The success in increasing cancer survivorship is tempered by the recognition that virtually all cancer treatments carry with them a risk for sustained and persistent disease-related health problems including pain, neuropathy, fatigue, cardiovascular compromise, lymphedema, cognitive changes, depression, and reduced functional capacity.1,2 For the vast majority of cancer survivors, the temporal emergence of these treatment/disease-related morbidities is superimposed on the well-recognized morbidities associated with the aging process. This confluence of these health challenges in our elders is, perhaps, best described by emerging data, which demonstrate that the physiologic age of older cancer survivors often exceeds their chronological age.5 Older cancer patients are aging prematurely, are frail, and, as a result, are carrying a heavier symptom burden than their age-related healthy counterparts.5,6 This interface between cancer and aging is slowly but increasingly recognized, and Kagan7 suggests that "gero-oncology" should be used to identify this interface. Combining a geriatric focus with an oncology focus provides a way to identify vulnerable older survivors and develop individualized treatment plans, facilitate survivor independence, plan interventions, and decelerate the decline into frailty.8


The rehabilitation approach to the treatment of cancer originated with the National Cancer Act of 1971. This legislation declared cancer rehabilitation to be a national health care objective and directed funds to the development of training programs and research projects. Today, cancer rehabilitation is recognized as requiring a multidisciplinary treatment approach, and, as noted above, members of the treatment team would certainly benefit their patients by also having skills in geriatrics. The purpose of this special issue of Topics in Geriatric Rehabilitation was to introduce geriatric rehabilitation professionals to treatment interventions specific to a cancer diagnosis, new and potentially useful interventions and treatable comorbidities often found in the older cancer survivor. This task has been undertaken in an effort to reduce the symptom burden experienced by the cancer survivor thereby improving the quality of life of both the survivor and his or her caregiver.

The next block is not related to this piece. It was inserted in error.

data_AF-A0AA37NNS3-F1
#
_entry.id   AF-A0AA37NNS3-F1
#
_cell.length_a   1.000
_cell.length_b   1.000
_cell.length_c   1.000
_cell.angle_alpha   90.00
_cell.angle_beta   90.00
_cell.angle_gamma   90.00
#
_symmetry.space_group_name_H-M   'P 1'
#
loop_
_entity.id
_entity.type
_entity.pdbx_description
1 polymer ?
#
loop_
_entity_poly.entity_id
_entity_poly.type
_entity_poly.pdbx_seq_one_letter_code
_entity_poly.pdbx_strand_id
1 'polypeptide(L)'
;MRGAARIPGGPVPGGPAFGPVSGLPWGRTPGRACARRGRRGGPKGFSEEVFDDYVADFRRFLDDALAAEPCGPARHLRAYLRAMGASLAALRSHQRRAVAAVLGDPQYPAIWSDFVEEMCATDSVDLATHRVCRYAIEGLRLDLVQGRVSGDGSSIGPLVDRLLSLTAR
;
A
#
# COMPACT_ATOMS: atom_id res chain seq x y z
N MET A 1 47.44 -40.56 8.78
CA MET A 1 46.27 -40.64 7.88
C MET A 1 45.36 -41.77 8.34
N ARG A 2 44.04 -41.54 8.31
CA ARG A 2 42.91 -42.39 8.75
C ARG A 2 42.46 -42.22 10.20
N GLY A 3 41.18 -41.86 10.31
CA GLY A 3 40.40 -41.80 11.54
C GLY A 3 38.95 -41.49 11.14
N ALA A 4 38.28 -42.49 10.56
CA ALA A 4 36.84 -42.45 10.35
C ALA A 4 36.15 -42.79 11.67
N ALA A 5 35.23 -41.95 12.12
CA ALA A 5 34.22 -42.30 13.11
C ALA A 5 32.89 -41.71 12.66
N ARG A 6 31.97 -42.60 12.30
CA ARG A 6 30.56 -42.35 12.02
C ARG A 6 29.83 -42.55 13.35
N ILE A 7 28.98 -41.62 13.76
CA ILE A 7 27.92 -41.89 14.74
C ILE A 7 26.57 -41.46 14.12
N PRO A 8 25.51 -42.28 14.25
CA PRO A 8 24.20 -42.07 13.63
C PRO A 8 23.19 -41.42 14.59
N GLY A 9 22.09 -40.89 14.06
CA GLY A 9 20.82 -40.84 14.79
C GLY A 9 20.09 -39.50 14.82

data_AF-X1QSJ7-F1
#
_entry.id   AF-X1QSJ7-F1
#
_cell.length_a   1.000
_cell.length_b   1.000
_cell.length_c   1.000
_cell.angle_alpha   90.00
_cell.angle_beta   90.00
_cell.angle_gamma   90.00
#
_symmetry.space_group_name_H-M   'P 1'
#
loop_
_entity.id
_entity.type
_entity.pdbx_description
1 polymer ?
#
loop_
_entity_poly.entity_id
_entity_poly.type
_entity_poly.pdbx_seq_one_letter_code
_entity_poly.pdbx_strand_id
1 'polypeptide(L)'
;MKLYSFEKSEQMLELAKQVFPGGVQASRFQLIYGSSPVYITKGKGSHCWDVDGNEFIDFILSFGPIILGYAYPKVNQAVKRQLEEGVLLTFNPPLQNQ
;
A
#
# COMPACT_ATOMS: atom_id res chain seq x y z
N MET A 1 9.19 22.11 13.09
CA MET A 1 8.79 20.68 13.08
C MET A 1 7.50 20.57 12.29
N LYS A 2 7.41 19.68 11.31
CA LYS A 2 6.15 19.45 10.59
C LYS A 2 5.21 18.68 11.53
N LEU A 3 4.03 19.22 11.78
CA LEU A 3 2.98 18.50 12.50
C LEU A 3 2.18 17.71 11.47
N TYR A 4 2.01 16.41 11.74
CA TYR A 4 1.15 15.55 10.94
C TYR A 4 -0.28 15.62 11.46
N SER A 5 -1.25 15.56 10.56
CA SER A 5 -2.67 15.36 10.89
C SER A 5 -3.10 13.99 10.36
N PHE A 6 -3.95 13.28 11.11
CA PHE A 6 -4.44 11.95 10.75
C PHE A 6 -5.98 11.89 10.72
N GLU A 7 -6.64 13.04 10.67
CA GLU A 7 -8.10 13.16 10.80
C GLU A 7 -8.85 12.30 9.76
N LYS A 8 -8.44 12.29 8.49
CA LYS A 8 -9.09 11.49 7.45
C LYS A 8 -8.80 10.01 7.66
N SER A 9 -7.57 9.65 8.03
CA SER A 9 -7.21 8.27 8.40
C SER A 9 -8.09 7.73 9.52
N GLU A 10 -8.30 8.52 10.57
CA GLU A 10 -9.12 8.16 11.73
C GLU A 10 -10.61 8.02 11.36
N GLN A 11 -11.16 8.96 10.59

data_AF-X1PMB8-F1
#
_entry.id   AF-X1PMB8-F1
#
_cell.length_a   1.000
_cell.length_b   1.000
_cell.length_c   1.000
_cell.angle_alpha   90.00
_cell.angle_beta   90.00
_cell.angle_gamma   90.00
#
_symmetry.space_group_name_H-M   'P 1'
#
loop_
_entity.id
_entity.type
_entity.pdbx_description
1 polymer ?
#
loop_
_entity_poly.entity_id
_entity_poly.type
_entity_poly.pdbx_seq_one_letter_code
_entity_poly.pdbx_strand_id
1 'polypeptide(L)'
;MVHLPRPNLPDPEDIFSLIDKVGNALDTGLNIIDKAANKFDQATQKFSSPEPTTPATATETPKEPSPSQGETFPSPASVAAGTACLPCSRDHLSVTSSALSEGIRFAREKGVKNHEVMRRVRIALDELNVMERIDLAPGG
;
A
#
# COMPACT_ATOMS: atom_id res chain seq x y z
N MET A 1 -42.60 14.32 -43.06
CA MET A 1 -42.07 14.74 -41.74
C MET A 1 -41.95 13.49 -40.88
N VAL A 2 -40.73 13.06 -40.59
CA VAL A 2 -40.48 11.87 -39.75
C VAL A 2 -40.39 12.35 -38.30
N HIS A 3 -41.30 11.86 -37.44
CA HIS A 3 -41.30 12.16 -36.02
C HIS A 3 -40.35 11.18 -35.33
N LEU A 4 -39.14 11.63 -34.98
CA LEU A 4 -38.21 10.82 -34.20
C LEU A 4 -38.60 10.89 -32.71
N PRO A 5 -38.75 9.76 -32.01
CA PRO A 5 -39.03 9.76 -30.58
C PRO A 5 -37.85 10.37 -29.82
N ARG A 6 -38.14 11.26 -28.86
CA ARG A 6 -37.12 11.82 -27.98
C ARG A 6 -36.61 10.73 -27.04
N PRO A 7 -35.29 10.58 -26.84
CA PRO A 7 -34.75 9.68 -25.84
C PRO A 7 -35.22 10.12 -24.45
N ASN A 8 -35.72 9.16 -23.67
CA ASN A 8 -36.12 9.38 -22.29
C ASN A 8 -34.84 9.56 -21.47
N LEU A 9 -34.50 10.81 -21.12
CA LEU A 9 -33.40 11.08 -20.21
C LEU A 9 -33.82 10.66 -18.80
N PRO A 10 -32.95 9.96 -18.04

1. Hewit M, Rowland JH, Yancik R. Cancer survivors in the United States: age, health, and disability. J Geron Med Sci. 2003;58:82-91. [Context Link]


2. Rowland JH, Bellizzi KM. Cancer survivorship issues: life after treatment and implications for an aging population. J Clin Oncol. 2014;32:2662-2668. [Context Link]


3. Sullivan R. The identity and work of the ancient Egyptian surgeon. J R Soc Med. 1996:89;467-473. [Context Link]


4. American Cancer Society. Cancer Treatment and Survivorship Facts & Figures 2014-2015. Atlanta, GA: American Cancer Society; 2014. [Context Link]


5. Handforth C, Clegg A, Young C, et al. The prevalence and outcomes of frailty in older cancer patients: a systematic review. Ann Oncol. 2015;26:1091-1101. [Context Link]


6. Koelwyn GJ, Khouri M, Mackey JR, Pamela S, Douglas PS, Jones LW. Running on empty: cardiovascular reserve capacity. J Clinc Oncol. 2012;30:4458-4461. [Context Link]


7. Kagan SH. Shifting perspectives: gero-oncology nursing research. Oncol Nurs Forum. 2004;31:293-299. [Context Link]


8. Repetto L, Balducci L. The case for geriatric oncology. Lancet Oncol. 2002;3:289-297. [Context Link]


cancer survivorship; geriatric oncology; oncology rehabilitation; outcome measures